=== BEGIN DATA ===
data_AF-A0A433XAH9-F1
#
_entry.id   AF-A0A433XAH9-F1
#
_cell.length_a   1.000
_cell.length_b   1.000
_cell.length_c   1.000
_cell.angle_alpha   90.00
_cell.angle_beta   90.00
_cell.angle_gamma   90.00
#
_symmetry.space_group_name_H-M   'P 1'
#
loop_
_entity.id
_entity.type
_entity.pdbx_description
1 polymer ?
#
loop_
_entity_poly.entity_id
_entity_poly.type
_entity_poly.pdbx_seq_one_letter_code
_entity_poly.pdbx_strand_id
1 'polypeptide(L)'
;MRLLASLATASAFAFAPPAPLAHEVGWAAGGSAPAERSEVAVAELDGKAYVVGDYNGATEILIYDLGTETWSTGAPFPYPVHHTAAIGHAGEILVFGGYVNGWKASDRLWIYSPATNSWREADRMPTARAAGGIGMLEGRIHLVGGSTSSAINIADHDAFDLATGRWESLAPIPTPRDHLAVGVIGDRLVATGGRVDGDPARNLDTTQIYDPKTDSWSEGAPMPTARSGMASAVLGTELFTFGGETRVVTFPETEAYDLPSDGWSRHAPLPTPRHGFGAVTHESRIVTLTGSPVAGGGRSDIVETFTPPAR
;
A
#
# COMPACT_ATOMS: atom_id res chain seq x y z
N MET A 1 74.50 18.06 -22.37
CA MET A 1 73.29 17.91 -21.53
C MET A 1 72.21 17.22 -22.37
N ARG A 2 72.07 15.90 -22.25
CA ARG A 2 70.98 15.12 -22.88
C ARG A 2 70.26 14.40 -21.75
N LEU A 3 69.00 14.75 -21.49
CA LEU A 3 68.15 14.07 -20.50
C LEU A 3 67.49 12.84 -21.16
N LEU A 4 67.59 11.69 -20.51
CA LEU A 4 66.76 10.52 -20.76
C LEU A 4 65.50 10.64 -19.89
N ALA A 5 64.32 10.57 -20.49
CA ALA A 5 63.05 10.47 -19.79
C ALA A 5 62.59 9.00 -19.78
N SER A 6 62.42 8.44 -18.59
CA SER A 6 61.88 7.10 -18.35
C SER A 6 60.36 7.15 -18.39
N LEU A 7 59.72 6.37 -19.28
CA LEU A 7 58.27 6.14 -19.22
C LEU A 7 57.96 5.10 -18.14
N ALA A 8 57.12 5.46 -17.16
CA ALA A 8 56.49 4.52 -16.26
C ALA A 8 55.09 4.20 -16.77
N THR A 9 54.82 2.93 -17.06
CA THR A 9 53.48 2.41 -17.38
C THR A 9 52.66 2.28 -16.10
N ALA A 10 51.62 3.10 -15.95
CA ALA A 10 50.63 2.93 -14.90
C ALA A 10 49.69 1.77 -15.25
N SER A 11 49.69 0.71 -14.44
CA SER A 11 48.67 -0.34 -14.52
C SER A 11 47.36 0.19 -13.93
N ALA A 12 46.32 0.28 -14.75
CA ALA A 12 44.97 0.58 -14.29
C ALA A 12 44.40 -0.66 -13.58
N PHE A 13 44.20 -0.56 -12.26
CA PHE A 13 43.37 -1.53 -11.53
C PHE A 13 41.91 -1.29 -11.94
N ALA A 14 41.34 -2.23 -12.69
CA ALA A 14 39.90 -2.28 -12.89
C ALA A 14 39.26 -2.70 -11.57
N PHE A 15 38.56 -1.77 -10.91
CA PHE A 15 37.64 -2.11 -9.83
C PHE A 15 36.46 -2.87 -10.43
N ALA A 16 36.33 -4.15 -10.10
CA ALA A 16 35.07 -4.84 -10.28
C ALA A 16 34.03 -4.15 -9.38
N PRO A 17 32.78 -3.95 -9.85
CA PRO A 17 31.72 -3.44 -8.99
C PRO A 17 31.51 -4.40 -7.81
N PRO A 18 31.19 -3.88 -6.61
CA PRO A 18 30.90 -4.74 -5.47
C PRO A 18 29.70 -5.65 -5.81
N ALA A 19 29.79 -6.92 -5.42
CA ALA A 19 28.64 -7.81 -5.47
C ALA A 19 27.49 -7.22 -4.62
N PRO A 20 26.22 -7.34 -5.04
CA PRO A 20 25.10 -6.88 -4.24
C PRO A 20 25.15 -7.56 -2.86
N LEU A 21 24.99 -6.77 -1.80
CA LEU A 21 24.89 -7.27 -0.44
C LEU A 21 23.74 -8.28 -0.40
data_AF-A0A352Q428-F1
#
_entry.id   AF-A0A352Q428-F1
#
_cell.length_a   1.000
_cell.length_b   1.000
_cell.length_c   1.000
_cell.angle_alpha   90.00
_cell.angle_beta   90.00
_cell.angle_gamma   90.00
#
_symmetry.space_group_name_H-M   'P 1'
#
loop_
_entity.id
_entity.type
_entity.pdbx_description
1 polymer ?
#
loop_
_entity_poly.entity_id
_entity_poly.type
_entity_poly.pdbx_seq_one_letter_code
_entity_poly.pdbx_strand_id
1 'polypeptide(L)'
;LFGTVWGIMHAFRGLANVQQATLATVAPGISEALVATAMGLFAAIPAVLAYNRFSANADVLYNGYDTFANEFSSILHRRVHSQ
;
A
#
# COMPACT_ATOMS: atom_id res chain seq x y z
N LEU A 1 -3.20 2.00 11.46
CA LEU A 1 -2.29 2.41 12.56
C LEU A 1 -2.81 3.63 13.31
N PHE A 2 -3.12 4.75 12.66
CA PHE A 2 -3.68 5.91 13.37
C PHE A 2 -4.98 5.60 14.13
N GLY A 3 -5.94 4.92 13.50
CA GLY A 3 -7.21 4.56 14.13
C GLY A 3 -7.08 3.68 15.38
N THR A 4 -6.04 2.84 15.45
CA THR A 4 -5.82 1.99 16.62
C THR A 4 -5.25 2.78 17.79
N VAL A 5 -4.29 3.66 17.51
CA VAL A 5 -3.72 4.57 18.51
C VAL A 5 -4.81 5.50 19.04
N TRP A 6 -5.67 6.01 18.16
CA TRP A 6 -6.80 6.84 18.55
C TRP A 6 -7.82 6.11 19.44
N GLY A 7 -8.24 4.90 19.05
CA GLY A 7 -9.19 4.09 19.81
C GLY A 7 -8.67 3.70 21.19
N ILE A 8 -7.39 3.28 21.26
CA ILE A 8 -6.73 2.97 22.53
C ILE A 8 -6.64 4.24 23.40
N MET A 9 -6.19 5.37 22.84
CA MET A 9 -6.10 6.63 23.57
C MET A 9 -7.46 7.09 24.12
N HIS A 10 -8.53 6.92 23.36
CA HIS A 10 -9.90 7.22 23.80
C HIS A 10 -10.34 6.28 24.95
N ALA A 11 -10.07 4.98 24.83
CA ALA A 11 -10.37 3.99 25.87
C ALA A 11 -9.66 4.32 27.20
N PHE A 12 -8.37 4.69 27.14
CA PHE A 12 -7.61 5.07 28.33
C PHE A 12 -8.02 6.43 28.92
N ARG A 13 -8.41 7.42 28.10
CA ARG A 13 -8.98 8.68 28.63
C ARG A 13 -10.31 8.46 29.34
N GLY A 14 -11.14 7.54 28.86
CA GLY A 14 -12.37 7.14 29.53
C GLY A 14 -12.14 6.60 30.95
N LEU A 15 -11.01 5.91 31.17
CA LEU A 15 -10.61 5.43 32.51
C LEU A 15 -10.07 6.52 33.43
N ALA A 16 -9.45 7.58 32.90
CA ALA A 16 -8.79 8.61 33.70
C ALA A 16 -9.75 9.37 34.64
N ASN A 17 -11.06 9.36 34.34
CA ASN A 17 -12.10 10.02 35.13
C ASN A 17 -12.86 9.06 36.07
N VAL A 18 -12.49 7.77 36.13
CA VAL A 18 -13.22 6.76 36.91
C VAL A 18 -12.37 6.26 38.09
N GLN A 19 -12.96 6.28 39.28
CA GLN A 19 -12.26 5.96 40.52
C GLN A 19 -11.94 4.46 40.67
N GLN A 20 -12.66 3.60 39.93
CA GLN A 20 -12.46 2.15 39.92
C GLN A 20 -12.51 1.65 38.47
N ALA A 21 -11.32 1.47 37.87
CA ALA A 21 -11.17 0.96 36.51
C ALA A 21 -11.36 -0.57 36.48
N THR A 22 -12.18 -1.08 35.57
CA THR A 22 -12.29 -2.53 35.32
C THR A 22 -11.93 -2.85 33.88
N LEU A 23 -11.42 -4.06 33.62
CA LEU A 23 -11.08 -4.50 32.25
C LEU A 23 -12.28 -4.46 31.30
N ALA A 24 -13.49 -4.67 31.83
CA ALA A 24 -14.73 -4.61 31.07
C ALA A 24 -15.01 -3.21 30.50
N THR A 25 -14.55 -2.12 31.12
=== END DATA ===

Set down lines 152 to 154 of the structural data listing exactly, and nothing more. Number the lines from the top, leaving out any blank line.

CA HIS A 10 -9.90 7.22 23.80
C HIS A 10 -10.34 6.28 24.95
N ALA A 11 -10.07 4.98 24.83